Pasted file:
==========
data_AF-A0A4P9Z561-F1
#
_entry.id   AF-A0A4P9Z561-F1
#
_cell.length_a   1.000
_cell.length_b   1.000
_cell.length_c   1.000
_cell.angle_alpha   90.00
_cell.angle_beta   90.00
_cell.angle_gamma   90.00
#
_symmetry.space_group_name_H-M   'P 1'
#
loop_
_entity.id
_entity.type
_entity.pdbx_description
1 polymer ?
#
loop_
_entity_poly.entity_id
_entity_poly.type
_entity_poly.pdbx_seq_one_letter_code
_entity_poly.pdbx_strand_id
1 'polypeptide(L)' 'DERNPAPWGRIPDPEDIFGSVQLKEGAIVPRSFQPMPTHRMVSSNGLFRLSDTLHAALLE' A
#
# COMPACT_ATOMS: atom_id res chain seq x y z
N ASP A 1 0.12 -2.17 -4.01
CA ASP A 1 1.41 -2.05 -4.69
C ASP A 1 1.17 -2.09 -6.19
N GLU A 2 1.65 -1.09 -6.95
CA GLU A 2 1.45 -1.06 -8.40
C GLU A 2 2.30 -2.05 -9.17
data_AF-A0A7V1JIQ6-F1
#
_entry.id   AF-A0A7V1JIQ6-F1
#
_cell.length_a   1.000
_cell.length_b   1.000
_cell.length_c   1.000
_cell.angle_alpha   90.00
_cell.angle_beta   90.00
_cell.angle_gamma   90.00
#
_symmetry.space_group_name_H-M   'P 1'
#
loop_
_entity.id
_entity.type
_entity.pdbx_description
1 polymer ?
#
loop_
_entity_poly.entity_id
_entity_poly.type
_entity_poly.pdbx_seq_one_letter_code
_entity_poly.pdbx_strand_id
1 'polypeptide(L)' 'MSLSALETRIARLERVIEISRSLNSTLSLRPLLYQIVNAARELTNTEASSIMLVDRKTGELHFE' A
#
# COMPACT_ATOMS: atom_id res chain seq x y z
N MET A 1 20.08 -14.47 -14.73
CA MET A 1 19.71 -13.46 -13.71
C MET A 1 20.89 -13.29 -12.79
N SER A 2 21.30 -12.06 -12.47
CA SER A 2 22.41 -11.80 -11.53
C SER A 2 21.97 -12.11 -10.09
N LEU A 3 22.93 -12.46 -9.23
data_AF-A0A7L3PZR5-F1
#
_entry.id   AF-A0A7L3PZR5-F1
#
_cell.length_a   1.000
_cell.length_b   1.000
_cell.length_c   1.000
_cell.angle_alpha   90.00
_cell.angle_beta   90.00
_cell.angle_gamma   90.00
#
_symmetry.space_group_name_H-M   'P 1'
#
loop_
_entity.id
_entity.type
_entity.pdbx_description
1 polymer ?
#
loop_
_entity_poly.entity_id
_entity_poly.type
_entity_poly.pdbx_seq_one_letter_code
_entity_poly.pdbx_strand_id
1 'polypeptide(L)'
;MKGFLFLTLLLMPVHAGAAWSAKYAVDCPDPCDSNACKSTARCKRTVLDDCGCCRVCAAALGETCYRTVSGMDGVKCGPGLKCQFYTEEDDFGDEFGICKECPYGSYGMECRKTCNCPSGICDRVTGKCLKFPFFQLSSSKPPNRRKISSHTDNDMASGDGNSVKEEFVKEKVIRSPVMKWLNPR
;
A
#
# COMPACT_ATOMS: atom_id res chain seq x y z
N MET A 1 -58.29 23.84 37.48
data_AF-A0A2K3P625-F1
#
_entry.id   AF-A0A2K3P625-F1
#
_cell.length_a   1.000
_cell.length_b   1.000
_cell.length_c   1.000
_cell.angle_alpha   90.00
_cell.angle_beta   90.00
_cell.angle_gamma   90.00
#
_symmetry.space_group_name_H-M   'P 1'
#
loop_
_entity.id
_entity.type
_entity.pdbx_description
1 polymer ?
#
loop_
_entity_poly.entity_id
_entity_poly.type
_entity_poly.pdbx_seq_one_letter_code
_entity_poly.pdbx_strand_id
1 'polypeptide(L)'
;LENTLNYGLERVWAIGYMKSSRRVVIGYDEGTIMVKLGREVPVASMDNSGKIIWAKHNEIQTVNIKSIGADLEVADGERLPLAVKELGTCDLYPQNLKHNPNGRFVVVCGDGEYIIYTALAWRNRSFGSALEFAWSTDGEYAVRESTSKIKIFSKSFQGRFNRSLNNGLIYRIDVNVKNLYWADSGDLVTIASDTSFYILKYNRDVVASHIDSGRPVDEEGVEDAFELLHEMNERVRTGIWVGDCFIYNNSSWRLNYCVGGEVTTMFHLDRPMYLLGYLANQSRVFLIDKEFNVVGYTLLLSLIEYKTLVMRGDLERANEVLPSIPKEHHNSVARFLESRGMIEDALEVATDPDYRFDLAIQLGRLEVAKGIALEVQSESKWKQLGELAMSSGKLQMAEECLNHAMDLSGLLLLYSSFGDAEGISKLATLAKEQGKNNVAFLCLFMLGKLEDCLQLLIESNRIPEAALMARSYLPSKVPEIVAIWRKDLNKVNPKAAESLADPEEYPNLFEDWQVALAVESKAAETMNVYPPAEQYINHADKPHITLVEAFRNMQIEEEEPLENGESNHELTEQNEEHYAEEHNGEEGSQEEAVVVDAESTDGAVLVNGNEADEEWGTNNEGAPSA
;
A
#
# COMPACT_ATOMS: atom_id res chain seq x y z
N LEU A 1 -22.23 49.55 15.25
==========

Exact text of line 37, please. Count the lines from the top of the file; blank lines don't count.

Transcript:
#